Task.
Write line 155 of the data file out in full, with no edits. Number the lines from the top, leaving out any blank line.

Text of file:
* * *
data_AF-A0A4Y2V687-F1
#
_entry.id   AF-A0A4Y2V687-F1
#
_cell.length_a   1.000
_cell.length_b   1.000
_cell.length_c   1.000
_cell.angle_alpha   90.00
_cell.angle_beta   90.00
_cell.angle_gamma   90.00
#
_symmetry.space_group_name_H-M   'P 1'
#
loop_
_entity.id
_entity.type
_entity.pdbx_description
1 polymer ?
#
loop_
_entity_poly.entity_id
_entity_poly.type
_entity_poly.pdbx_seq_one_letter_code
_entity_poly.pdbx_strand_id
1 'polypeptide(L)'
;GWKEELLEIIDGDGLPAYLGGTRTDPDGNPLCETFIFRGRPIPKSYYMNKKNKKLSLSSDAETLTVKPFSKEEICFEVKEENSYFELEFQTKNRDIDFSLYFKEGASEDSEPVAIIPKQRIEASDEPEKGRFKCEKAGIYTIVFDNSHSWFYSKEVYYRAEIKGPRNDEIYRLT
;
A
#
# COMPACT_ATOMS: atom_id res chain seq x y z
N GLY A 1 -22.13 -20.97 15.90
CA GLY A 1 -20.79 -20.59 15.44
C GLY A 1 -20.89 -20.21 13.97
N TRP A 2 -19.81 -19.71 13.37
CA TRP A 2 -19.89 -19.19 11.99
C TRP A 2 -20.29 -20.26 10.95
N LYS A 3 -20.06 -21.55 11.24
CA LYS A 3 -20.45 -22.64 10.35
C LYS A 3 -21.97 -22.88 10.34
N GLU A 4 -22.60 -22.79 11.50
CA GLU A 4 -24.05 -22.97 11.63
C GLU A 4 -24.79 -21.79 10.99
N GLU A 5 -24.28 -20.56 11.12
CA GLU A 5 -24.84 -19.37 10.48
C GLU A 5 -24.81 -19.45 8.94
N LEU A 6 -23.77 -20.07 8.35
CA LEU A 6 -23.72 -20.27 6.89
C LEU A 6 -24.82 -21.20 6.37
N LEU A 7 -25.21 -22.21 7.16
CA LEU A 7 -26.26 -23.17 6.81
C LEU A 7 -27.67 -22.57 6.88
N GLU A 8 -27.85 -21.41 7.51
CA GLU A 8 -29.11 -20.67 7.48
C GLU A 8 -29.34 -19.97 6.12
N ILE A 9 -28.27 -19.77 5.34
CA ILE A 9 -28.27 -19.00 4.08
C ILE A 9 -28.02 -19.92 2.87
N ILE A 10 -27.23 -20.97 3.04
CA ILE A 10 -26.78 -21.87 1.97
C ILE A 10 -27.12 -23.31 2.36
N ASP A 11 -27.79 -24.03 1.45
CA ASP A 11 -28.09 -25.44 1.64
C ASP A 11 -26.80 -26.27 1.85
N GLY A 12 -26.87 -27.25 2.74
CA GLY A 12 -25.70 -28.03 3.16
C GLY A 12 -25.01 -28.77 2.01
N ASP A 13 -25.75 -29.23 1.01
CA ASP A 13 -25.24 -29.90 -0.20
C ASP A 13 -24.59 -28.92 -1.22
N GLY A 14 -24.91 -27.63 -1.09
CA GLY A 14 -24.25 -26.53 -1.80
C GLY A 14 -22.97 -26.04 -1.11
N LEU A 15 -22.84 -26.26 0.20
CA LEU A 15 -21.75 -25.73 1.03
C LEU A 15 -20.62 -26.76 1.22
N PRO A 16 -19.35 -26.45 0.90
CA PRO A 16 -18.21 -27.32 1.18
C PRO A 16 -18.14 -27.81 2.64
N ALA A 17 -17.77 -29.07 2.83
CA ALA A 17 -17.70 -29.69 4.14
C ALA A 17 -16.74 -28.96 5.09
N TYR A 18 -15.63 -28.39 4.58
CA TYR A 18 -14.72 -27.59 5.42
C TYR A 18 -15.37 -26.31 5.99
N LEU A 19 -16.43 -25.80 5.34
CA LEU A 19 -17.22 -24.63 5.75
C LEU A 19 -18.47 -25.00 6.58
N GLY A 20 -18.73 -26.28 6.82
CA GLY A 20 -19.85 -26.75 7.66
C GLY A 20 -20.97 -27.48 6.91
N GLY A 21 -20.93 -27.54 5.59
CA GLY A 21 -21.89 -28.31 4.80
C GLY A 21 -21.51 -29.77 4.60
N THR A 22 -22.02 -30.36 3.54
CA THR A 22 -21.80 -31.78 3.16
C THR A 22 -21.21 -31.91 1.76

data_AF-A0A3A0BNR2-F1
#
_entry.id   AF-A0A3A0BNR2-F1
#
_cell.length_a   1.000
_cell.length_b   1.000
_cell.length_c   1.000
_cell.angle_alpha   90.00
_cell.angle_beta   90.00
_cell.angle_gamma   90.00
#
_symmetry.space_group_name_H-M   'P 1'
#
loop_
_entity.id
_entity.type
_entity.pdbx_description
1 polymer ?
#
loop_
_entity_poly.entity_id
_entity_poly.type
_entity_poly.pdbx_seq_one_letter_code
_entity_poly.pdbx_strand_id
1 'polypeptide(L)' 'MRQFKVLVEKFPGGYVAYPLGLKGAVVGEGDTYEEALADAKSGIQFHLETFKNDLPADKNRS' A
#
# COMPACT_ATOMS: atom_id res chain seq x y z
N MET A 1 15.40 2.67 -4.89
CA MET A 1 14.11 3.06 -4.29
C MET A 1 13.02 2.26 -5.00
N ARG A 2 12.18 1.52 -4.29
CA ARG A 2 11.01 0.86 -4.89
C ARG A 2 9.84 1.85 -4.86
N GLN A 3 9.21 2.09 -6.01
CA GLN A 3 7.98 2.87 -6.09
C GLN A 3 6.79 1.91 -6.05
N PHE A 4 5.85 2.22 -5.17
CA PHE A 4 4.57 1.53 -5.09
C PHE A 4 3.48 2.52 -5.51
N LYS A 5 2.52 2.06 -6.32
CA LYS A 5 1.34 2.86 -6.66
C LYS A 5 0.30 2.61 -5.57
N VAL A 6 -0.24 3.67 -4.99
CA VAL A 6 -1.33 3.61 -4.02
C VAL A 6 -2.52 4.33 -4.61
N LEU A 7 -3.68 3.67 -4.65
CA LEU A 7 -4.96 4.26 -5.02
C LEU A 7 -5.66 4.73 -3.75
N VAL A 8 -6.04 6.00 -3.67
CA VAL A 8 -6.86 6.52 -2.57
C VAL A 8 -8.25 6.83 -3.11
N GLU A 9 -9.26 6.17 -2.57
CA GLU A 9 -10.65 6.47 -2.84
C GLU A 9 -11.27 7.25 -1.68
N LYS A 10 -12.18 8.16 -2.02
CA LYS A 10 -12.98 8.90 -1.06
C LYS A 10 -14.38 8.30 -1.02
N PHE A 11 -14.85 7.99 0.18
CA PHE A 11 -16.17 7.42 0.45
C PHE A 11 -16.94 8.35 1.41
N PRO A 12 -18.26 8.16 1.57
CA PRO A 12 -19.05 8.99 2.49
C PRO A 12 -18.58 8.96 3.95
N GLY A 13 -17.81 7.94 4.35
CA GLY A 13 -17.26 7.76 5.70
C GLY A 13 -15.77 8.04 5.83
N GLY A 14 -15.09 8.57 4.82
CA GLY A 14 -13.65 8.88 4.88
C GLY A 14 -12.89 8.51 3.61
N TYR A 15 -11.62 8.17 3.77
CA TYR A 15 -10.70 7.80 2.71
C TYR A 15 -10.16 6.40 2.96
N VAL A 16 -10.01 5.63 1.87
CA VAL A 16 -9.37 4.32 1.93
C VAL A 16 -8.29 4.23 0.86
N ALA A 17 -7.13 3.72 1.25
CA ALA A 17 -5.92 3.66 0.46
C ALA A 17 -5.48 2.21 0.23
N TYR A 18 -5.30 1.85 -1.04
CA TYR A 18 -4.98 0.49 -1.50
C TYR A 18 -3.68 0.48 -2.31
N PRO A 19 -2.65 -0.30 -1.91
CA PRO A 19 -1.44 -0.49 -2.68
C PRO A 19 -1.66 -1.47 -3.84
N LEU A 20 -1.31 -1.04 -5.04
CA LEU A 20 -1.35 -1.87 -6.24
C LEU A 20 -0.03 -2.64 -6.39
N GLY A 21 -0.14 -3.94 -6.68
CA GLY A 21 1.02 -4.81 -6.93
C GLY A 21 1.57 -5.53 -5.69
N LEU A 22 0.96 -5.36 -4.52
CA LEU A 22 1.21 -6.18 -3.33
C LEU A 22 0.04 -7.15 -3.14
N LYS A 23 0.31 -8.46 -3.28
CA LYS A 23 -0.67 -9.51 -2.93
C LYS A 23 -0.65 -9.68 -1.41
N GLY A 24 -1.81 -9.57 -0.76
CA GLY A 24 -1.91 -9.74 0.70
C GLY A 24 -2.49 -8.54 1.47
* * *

CA PHE A 11 -16.17 7.42 0.45